Most of us know what it’s like to experience email overload. As your inbox becomes more and more crowded, and your life more and more stressful, it’s all too easy to delay your email responses. You may find yourself putting off that much-needed reply email for a couple of days, a couple of weeks… perhaps even upwards of a month.
When you finally do get around to writing that response, it’s normal to feel a little guilt over the delay. And whether it’s a professional correspondence or something more personal, it’s probably not the worst idea to acknowledge your faux pas with a word of apology.
But is simply saying “I’m sorry this took so long” sufficient? Depending on how important the subject matter, and how long the delay, you may feel compelled to go a bit further. We’ve got you covered. Here are a few tips on writing an effective apology for a delayed email response.
You Don’t Always Have to Apologize
First, we’d recommend pausing to consider whether an apology is really needed at all.
We’re all busy, and if it takes you a couple of days to respond to something that is clearly non-urgent, you can probably just assume that the person you’re emailing with gets it and doesn’t begrudge you the slight lag time. In these situations, there’s really no need to make things awkward, or to make your response more cumbersome, with a token apology. Just get straight to the substance of your email.
Try to Be Helpful
What if somebody asks you for something specific, and it takes you a little bit too long to acknowledge their request? In these situations, we would typically recommend owning up to the delay and also doubling up on your efforts to be helpful.
For example, let’s say someone asks you for a specific report, and it takes a little time to get back to them. You might try a response like this:
I’m sorry for the delayed response. It took me some time to find the report, and I wanted to also offer some supplemental information that you might find to be useful. The documents are all attached here.
If you’d like to schedule a few minutes to discuss this information together, I’d love to help however I can. Please just let me know if we can schedule a phone call, or if I can assist in some other way.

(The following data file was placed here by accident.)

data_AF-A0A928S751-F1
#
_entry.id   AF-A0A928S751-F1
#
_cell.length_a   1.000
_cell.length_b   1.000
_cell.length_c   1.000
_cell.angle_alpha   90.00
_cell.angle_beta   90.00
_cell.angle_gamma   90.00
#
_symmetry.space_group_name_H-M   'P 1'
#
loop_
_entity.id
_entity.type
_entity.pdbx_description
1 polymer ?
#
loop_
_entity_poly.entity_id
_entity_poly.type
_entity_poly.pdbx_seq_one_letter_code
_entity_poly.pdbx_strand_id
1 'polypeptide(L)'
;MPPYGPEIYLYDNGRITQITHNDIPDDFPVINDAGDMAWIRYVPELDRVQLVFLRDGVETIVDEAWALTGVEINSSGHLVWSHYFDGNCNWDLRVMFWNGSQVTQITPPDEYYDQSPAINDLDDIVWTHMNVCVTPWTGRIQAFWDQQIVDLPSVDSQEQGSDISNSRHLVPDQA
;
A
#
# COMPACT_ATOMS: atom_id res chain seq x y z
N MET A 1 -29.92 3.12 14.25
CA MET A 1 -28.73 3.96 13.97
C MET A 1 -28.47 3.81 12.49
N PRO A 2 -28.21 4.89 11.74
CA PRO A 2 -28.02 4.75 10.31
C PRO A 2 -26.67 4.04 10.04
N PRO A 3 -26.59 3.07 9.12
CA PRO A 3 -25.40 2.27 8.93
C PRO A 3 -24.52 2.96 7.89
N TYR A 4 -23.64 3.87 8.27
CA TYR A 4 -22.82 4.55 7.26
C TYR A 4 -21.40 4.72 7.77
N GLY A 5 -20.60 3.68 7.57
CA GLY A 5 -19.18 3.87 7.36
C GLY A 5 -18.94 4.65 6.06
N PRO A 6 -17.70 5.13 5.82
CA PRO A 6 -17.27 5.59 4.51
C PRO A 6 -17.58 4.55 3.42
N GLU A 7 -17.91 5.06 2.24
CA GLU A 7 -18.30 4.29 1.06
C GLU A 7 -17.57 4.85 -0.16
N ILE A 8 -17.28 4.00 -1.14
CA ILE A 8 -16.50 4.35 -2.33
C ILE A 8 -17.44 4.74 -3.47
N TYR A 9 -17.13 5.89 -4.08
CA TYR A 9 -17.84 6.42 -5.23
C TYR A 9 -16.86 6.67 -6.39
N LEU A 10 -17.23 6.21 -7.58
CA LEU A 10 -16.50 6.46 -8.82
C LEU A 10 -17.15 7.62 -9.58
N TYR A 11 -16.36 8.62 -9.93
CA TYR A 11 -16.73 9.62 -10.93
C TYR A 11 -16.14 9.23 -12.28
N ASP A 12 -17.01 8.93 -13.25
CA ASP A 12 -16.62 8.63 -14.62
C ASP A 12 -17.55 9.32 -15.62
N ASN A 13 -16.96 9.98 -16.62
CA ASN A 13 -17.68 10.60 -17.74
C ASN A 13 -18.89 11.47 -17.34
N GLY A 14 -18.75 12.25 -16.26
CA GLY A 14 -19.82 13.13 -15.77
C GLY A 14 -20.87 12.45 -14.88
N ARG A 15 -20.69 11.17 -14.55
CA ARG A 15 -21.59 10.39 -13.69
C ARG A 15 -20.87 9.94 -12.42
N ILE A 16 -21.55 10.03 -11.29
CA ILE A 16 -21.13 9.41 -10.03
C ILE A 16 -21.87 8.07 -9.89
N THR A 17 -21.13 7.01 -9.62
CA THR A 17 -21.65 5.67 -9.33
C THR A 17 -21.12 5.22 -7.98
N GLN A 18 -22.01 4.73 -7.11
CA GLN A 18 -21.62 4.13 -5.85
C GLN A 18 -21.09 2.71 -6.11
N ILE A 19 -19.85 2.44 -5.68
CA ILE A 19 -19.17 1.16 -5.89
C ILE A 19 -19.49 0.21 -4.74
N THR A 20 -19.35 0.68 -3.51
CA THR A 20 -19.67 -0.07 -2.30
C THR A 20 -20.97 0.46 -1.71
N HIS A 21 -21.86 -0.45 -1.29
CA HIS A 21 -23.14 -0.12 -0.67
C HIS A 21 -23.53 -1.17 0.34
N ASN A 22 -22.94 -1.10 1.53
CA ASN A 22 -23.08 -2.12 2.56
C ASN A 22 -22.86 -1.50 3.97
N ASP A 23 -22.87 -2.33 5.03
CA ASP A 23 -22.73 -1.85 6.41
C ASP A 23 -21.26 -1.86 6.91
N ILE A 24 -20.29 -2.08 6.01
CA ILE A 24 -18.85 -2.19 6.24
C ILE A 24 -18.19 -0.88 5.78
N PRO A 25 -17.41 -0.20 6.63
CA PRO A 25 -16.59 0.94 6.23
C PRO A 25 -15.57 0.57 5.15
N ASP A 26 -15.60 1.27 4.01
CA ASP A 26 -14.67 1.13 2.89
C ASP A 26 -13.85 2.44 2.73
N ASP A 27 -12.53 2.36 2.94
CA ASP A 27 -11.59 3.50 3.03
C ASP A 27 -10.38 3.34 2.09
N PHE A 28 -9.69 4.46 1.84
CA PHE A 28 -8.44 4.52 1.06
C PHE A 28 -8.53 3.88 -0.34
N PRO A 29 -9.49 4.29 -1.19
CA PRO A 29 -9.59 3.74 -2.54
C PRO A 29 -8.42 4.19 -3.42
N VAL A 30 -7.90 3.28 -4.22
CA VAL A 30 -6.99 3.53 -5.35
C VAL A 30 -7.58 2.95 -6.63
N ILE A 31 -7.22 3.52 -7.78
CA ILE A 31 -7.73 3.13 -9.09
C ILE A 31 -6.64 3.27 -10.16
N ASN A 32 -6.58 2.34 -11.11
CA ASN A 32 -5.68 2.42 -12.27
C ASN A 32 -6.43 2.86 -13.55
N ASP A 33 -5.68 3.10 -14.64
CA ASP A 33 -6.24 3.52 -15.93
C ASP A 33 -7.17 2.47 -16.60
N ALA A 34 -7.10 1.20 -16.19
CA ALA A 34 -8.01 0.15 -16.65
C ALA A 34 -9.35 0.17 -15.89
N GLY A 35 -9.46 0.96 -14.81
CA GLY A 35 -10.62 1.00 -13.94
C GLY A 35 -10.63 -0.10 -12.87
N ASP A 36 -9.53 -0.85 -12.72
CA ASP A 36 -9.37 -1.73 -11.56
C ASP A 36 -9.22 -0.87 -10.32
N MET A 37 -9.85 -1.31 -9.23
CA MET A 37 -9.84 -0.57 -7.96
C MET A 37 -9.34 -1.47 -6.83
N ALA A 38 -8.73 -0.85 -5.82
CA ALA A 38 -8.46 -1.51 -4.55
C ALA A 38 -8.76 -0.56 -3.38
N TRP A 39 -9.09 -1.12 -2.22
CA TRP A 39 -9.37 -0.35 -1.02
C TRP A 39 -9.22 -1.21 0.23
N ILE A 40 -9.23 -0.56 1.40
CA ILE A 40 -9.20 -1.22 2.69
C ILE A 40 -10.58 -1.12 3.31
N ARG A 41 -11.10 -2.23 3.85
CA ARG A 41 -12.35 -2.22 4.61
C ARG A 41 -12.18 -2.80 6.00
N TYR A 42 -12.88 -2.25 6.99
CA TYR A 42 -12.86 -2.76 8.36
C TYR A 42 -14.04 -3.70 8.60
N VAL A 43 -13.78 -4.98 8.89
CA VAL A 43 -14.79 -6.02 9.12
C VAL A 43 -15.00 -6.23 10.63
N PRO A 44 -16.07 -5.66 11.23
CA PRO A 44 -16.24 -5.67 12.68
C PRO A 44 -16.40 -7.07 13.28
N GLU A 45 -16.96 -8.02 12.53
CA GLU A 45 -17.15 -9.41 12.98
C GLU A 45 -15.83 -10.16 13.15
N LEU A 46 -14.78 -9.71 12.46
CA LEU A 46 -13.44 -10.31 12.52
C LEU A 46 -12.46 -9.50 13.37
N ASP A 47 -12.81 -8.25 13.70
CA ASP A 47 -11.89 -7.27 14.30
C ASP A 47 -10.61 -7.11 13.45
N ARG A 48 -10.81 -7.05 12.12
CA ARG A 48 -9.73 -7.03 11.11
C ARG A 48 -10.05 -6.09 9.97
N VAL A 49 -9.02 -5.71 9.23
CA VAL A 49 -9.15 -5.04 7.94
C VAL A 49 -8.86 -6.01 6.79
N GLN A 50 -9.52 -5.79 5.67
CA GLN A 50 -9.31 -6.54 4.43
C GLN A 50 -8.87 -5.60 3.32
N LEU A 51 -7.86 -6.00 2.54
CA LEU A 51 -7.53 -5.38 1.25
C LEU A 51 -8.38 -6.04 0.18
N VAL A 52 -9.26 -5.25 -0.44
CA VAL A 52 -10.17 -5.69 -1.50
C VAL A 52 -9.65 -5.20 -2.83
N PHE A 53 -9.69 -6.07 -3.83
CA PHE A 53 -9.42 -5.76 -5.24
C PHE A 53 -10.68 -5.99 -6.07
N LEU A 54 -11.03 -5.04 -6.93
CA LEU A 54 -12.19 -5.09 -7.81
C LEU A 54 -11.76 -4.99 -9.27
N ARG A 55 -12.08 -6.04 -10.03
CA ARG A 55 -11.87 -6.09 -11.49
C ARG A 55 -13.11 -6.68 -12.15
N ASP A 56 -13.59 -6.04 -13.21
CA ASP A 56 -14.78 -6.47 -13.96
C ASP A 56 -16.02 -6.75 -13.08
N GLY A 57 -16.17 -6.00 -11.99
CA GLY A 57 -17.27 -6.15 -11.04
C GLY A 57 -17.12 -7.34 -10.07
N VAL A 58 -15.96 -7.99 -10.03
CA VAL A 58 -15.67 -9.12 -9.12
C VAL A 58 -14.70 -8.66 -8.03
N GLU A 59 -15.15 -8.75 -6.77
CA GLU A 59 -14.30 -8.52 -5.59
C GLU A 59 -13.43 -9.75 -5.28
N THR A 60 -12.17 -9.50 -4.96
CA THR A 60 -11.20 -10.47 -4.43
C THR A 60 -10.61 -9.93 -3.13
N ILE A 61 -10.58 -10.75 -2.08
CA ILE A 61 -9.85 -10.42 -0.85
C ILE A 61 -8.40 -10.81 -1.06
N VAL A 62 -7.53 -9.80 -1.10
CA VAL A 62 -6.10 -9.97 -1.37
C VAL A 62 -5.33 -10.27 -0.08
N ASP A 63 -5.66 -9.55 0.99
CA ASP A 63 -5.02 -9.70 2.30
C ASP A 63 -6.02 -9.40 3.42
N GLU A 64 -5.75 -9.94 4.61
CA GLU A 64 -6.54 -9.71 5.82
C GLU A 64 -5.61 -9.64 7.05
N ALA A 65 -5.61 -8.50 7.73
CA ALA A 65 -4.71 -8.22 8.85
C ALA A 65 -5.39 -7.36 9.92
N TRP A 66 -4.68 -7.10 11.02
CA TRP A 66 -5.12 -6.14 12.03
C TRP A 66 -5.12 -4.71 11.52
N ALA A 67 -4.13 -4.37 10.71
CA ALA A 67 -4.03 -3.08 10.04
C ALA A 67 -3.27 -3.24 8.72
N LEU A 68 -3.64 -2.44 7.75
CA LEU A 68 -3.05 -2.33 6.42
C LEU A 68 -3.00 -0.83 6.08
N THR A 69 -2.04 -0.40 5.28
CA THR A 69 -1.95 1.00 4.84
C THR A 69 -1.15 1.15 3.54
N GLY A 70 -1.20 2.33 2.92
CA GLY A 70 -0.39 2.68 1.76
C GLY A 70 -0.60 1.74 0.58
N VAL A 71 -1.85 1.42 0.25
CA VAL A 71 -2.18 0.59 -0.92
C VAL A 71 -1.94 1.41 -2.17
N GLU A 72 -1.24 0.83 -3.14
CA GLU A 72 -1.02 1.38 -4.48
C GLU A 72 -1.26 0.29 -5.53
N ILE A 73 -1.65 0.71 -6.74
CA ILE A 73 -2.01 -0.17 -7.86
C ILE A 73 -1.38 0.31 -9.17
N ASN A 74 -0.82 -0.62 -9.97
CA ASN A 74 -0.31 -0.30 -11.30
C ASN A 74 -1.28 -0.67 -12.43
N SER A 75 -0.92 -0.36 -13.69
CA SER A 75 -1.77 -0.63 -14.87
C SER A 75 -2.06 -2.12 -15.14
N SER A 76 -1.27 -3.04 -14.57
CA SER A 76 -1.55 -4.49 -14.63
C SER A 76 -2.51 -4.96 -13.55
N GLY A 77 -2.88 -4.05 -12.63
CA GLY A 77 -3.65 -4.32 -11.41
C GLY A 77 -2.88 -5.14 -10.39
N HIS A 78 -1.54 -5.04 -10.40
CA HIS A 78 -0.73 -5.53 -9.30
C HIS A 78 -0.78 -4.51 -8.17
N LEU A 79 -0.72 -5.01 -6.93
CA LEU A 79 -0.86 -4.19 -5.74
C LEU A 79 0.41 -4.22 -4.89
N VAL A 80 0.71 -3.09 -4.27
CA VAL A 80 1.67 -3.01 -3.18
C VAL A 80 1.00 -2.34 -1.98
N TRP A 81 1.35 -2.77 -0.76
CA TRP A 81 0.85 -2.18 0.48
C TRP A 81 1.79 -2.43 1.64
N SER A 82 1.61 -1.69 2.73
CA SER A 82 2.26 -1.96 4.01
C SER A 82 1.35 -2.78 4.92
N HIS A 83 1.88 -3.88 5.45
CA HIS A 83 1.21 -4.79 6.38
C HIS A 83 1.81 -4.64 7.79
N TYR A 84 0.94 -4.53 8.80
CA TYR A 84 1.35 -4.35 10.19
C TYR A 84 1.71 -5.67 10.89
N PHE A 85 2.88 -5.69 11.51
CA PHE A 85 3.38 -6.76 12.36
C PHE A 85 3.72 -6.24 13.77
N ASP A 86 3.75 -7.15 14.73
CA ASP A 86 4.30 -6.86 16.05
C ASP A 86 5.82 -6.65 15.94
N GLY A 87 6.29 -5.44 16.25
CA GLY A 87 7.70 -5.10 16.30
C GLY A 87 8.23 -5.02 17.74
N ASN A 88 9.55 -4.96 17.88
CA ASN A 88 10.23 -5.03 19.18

What we love about a response like this is that it owns up to the delay, but also makes it clear that you are not trying to be indifferent or unhelpful; if anything, the opposite is true.
Don’t Procrastinate on Delivering Bad News
Sometimes, you may find yourself in the tough position of telling someone that they didn’t get a job, or that you’re not moving forward with their proposed project. It’s always good to send these unhappy tidings sooner rather than later… but if you do wind up with a delay, try a response like this:
I’m sorry for the slow response. I had hoped to get back to you much sooner. We really enjoyed discussing your proposal with you, and felt like you brought a lot of great ideas to the table. Unfortunately, at this time, we have decided not to move ahead with the project.
With that said, I really appreciate your time, and think you have a lot of value to offer. I would be happy to keep you in mind for future projects, and to refer you to other contacts whenever possible.
Again, there’s no point in drawing out your apology or offering a pile-up of excuses. Just fess up, then get to the heart of the matter.
Get Help with Business Writing
These are just a couple of examples of how you can address delayed email responses… but if you’d like to drill down deeper into this subject matter, we’re happy to chat. Contact Grammar Chic for help with business communications or editing: Visit www.grammarchic.net or call 803-831-7444.
Amanda E. Clark founded Grammar Chic in 2008. She is a graduate of Eastern Michigan University and holds degrees in Journalism, Political Science, and English. She launched Grammar Chic after freelancing for several years while simultaneously leading marketing and advertising initiatives for several Fortune 500 companies.